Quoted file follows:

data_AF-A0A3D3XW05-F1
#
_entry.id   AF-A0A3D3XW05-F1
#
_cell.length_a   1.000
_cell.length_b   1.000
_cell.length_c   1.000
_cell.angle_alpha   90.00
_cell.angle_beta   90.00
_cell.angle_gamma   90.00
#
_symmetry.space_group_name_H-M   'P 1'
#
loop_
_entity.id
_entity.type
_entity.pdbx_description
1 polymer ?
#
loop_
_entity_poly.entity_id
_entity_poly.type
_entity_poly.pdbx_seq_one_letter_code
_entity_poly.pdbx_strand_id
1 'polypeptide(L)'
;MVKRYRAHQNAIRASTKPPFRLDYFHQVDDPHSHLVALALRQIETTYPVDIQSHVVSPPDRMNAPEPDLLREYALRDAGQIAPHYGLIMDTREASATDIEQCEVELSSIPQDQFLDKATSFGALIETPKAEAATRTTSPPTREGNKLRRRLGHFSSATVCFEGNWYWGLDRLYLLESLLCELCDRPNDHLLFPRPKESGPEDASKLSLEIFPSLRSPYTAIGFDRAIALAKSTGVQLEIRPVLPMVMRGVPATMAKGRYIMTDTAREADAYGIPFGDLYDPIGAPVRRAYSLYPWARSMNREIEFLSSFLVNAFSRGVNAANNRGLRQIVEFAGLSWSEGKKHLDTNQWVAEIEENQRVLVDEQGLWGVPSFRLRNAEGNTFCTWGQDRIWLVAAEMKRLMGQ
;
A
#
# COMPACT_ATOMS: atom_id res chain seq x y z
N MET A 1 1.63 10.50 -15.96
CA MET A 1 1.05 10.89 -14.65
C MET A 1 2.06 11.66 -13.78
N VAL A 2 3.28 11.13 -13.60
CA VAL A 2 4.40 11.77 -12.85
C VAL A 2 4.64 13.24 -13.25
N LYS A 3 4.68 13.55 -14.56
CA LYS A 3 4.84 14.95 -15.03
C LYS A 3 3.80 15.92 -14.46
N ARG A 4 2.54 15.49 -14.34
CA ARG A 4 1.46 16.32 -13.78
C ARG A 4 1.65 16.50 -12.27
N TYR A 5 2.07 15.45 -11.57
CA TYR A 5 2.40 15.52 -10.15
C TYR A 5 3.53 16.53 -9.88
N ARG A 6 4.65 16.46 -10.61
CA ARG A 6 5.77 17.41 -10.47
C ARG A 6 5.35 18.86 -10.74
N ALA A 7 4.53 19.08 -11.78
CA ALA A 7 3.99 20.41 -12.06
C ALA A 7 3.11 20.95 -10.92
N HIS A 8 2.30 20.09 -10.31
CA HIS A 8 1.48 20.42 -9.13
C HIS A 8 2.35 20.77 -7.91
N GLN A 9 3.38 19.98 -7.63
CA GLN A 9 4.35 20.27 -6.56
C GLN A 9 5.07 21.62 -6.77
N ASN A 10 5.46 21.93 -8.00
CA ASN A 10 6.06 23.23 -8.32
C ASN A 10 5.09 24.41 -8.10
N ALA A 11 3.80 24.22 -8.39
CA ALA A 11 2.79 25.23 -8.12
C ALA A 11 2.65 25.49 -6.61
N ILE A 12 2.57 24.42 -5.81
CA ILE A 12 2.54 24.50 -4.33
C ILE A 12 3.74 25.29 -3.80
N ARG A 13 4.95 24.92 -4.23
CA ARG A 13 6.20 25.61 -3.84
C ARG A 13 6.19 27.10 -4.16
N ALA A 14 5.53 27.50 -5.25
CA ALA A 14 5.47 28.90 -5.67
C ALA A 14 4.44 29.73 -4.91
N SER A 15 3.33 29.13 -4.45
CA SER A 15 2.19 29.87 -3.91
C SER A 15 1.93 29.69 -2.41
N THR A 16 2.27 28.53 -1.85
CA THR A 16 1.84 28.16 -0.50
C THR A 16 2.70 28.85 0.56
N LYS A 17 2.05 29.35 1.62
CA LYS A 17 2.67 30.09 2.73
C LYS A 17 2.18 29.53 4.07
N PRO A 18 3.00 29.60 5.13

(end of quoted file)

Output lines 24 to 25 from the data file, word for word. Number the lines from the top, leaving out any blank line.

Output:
_entity_poly.pdbx_strand_id
1 'polypeptide(L)'